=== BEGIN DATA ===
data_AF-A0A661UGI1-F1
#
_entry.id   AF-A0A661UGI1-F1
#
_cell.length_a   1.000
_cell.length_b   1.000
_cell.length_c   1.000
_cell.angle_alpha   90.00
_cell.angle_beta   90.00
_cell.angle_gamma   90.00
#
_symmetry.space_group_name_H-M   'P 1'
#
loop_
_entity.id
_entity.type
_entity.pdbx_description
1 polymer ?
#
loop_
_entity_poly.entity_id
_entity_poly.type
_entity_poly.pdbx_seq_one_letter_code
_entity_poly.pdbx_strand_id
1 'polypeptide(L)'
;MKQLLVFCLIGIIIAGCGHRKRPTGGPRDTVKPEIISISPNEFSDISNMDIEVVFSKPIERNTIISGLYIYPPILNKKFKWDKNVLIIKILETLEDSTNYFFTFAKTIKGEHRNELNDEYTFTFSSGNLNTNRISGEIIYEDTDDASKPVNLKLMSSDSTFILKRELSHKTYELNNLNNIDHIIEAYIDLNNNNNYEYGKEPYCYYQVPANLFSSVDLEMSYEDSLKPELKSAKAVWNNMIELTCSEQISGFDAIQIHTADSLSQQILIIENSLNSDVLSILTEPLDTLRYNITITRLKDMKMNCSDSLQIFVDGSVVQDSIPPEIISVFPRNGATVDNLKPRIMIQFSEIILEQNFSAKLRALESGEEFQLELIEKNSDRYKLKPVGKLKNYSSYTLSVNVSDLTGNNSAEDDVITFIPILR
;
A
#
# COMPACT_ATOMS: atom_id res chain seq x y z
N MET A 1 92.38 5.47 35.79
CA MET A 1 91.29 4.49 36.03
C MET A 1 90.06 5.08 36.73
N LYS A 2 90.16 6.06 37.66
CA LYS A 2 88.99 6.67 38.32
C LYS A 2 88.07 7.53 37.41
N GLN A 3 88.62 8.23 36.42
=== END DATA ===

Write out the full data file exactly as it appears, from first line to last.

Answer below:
data_AF-A0A661UGI1-F1
#
_entry.id   AF-A0A661UGI1-F1
#
_cell.length_a   1.000
_cell.length_b   1.000
_cell.length_c   1.000
_cell.angle_alpha   90.00
_cell.angle_beta   90.00
_cell.angle_gamma   90.00
#
_symmetry.space_group_name_H-M   'P 1'
#
loop_
_entity.id
_entity.type
_entity.pdbx_description
1 polymer ?
#
loop_
_entity_poly.entity_id
_entity_poly.type
_entity_poly.pdbx_seq_one_letter_code
_entity_poly.pdbx_strand_id
1 'polypeptide(L)'
;MKQLLVFCLIGIIIAGCGHRKRPTGGPRDTVKPEIISISPNEFSDISNMDIEVVFSKPIERNTIISGLYIYPPILNKKFKWDKNVLIIKILETLEDSTNYFFTFAKTIKGEHRNELNDEYTFTFSSGNLNTNRISGEIIYEDTDDASKPVNLKLMSSDSTFILKRELSHKTYELNNLNNIDHIIEAYIDLNNNNNYEYGKEPYCYYQVPANLFSSVDLEMSYEDSLKPELKSAKAVWNNMIELTCSEQISGFDAIQIHTADSLSQQILIIENSLNSDVLSILTEPLDTLRYNITITRLKDMKMNCSDSLQIFVDGSVVQDSIPPEIISVFPRNGATVDNLKPRIMIQFSEIILEQNFSAKLRALESGEEFQLELIEKNSDRYKLKPVGKLKNYSSYTLSVNVSDLTGNNSAEDDVITFIPILR
;
A
#
# COMPACT_ATOMS: atom_id res chain seq x y z
N MET A 1 92.38 5.47 35.79
CA MET A 1 91.29 4.49 36.03
C MET A 1 90.06 5.08 36.73
N LYS A 2 90.16 6.06 37.66
CA LYS A 2 88.99 6.67 38.32
C LYS A 2 88.07 7.53 37.41
N GLN A 3 88.62 8.23 36.42